I’d say that about 2/3 of the people were my age or even older, if possible. We also had a sprinkling of younger people representing the U of PA Scrabble Club. While I did lose, it was uneven: at worst, I lost by about 120 points, a big whipping, but several games I lost only by nine or ten points. I was particularly proud to lose to the #1 seed in my division by only nine points, and I had him clearly nervous at one point. But he made an amazing move: I had played “niacin” earlier in the game, and then a few moves later ran a bingo (using all my tiles for a 50 point bonus) down to that word, hooking an s onto the end of the word I played (which I don’t remember) and to “niacin” itself. (Yes, “niacins” is a word.) My bingo ran down the next-to-“rightmost” column. And then the guy I was playing did the word “oblasti” next to my bingo, in the right-most column, getting one himself, getting the triple word score, and also making six (!) two-letter words in order to do so. That last part is really amazingly difficult, at least to me. Of course, I had to challenge “oblasti” or else I would have had absolutely no chance to win, but, sure enough, it was kosher (if a synonym for “Russian provincial divisions” can be kosher.) But, even so, I only lost by 9.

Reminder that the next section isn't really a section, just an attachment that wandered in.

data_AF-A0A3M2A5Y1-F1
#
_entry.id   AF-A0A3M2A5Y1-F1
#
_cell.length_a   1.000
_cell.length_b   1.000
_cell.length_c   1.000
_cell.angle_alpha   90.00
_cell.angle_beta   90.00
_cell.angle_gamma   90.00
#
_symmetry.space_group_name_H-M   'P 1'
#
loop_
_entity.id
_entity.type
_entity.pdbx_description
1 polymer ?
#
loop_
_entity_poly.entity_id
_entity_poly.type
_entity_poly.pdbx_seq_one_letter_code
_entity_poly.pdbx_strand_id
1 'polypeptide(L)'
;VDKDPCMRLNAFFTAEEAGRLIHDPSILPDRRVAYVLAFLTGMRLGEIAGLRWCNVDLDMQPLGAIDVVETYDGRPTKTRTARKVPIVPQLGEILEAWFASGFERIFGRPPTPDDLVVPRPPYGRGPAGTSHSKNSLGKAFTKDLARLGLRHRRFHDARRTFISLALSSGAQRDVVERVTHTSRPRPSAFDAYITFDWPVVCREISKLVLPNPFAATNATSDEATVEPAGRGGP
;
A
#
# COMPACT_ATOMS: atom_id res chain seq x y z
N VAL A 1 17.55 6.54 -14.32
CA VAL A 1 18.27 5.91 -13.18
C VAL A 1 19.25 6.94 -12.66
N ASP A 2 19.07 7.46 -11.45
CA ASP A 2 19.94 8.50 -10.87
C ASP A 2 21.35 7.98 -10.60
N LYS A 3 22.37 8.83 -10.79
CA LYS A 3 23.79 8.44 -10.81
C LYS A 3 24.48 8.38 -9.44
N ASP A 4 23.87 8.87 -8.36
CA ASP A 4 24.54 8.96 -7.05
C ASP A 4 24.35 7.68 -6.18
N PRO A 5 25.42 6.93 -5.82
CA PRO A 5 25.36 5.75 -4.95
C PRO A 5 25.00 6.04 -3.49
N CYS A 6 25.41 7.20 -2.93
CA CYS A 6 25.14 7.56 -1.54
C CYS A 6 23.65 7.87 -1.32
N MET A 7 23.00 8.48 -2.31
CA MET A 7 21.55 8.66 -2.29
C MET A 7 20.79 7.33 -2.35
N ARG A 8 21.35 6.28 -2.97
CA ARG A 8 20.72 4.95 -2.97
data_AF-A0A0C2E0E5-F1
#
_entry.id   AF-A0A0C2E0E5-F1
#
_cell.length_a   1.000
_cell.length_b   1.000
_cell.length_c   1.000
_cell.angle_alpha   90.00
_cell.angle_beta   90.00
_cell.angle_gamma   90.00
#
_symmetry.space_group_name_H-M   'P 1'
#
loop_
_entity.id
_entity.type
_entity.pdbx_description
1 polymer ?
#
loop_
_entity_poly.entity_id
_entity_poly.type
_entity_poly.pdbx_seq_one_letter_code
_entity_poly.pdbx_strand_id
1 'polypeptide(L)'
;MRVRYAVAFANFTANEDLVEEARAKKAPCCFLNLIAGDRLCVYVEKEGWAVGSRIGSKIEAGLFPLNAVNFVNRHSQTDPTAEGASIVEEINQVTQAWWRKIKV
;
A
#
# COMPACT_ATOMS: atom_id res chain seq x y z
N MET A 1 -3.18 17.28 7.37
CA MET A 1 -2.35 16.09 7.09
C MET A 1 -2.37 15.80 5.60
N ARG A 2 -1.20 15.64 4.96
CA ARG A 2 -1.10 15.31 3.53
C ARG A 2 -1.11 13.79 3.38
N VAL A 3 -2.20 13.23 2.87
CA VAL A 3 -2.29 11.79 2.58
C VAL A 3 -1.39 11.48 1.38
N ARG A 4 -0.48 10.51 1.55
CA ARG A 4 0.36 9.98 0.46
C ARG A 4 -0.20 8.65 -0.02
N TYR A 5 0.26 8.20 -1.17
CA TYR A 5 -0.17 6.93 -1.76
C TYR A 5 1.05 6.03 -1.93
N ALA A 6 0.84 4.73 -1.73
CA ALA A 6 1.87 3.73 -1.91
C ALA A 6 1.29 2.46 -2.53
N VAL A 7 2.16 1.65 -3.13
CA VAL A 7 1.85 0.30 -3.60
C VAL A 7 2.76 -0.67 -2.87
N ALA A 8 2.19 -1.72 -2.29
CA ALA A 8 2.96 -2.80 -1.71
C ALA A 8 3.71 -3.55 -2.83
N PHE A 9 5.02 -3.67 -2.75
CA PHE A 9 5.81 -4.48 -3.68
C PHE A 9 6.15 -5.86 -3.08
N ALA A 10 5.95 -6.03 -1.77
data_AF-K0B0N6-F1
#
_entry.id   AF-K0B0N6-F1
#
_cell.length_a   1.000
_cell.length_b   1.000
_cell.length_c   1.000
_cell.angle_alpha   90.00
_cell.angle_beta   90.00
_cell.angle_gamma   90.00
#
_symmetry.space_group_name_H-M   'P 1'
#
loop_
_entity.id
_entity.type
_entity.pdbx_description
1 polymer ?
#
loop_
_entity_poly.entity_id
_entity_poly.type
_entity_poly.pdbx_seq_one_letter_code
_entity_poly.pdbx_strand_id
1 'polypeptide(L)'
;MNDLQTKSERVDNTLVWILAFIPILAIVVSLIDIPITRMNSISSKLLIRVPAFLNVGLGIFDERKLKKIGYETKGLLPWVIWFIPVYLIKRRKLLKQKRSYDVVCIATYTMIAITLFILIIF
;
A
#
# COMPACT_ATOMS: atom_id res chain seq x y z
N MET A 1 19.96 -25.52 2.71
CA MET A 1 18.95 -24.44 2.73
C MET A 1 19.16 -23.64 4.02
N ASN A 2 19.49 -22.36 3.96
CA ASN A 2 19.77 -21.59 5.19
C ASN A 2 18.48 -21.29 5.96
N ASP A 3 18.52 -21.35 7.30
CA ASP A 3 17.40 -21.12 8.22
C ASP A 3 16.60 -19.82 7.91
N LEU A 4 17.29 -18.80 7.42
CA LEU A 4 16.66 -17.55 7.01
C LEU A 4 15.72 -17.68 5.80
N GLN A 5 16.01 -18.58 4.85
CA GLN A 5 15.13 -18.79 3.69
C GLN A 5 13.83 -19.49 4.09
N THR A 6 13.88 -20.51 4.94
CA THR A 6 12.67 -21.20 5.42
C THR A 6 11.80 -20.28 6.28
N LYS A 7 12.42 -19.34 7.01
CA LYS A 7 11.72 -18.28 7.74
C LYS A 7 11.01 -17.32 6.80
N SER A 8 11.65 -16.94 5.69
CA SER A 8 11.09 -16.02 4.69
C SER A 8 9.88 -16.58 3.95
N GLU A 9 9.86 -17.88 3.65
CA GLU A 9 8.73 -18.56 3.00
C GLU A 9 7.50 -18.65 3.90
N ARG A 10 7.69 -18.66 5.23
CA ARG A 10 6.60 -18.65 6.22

OK, I know this all sounds nerdy, and obviously I was in my element (e.g., in terms of nerdiness, not in terms of Scrabble skill level). But most of the people were surprisingly under the “normal” bell curve: not too many were Asperger’s or OCD, it seems to me, although I’d have to rely on my daughters to give me definitive diagnoses as to who were. But, to cite one example: the Scrabble boards they use rotate on a turntable, but I generally don’t rotate it when I play: it is just easier for me to read everything upside down. (Hey, maybe that’s why I lost…) But, when you do this, it is somewhat easier to put an “I” or “O” or “H” upside down, with the point value toward the top side of the board rather than the bottom. When I did this with a few players, they gently corrected me, but, with one guy, when it happened, he got a little agitated, and said that according to the rules, if you do it more than twice in a game, you get penalized (time or points, I wasn’t sure.) So I made a point of being more careful with it: I didn’t want to spur an incident.